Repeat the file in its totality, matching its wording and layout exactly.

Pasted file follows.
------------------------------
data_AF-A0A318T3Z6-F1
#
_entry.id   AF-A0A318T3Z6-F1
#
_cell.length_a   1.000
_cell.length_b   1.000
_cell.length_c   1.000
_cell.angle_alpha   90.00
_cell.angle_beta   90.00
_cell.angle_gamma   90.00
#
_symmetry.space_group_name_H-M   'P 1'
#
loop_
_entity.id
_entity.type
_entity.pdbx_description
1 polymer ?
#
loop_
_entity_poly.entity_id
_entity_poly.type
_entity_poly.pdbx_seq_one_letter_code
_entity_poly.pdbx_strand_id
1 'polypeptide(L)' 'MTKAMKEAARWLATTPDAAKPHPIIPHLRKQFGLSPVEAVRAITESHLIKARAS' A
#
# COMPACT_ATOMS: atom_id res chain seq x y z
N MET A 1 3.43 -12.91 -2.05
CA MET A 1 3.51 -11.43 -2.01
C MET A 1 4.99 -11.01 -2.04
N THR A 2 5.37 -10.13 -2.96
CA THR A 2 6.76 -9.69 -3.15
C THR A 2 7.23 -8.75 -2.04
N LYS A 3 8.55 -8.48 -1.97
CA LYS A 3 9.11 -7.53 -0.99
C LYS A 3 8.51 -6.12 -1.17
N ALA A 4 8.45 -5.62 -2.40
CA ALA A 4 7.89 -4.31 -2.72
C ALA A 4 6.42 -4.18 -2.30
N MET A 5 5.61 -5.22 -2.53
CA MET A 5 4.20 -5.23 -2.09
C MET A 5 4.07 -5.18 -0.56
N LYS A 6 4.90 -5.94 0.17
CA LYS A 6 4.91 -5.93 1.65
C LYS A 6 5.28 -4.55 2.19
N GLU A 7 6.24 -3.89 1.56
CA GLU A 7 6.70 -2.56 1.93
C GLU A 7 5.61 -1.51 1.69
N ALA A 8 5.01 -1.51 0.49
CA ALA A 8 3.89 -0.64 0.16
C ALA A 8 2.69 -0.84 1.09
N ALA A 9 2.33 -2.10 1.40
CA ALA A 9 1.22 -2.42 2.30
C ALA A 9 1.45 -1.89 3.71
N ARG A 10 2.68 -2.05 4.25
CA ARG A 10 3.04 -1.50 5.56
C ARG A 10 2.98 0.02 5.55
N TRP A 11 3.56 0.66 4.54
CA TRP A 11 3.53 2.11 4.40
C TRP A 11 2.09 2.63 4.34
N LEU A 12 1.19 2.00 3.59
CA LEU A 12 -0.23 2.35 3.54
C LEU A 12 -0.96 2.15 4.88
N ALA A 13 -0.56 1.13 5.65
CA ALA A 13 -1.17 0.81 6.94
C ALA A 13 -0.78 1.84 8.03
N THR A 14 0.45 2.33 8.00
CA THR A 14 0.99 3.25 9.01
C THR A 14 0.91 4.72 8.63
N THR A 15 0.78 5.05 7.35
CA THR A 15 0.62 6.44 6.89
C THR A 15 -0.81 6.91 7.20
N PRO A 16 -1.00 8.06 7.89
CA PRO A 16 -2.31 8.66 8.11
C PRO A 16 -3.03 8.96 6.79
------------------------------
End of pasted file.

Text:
data_AF-A0A318T3Z6-F1
#
_entry.id   AF-A0A318T3Z6-F1
#
_cell.length_a   1.000
_cell.length_b   1.000
_cell.length_c   1.000
_cell.angle_alpha   90.00
_cell.angle_beta   90.00
_cell.angle_gamma   90.00
#
_symmetry.space_group_name_H-M   'P 1'
#
loop_
_entity.id
_entity.type
_entity.pdbx_description
1 polymer ?
#
loop_
_entity_poly.entity_id
_entity_poly.type
_entity_poly.pdbx_seq_one_letter_code
_entity_poly.pdbx_strand_id
1 'polypeptide(L)' 'MTKAMKEAARWLATTPDAAKPHPIIPHLRKQFGLSPVEAVRAITESHLIKARAS' A
#
# COMPACT_ATOMS: atom_id res chain seq x y z
N MET A 1 3.43 -12.91 -2.05
CA MET A 1 3.51 -11.43 -2.01
C MET A 1 4.99 -11.01 -2.04
N THR A 2 5.37 -10.13 -2.96
CA THR A 2 6.76 -9.69 -3.15
C THR A 2 7.23 -8.75 -2.04
N LYS A 3 8.55 -8.48 -1.97
CA LYS A 3 9.11 -7.53 -0.99
C LYS A 3 8.51 -6.12 -1.17
N ALA A 4 8.45 -5.62 -2.40
CA ALA A 4 7.89 -4.31 -2.72
C ALA A 4 6.42 -4.18 -2.30
N MET A 5 5.61 -5.22 -2.53
CA MET A 5 4.20 -5.23 -2.09
C MET A 5 4.07 -5.18 -0.56
N LYS A 6 4.90 -5.94 0.17
CA LYS A 6 4.91 -5.93 1.65
C LYS A 6 5.28 -4.55 2.19
N GLU A 7 6.24 -3.89 1.56
CA GLU A 7 6.70 -2.56 1.93
C GLU A 7 5.61 -1.51 1.69
N ALA A 8 5.01 -1.51 0.49
CA ALA A 8 3.89 -0.64 0.16
C ALA A 8 2.69 -0.84 1.09
N ALA A 9 2.33 -2.10 1.40
CA ALA A 9 1.22 -2.42 2.30
C ALA A 9 1.45 -1.89 3.71
N ARG A 10 2.68 -2.05 4.25
CA ARG A 10 3.04 -1.50 5.56
C ARG A 10 2.98 0.02 5.55
N TRP A 11 3.56 0.66 4.54
CA TRP A 11 3.53 2.11 4.40
C TRP A 11 2.09 2.63 4.34
N LEU A 12 1.19 2.00 3.59
CA LEU A 12 -0.23 2.35 3.54
C LEU A 12 -0.96 2.15 4.88
N ALA A 13 -0.56 1.13 5.65
CA ALA A 13 -1.17 0.81 6.94
C ALA A 13 -0.78 1.84 8.03
N THR A 14 0.45 2.33 8.00
CA THR A 14 0.99 3.25 9.01
C THR A 14 0.91 4.72 8.63
N THR A 15 0.78 5.05 7.35
CA THR A 15 0.62 6.44 6.89
C THR A 15 -0.81 6.91 7.20
N PRO A 16 -1.00 8.06 7.89
CA PRO A 16 -2.31 8.66 8.11
C PRO A 16 -3.03 8.96 6.79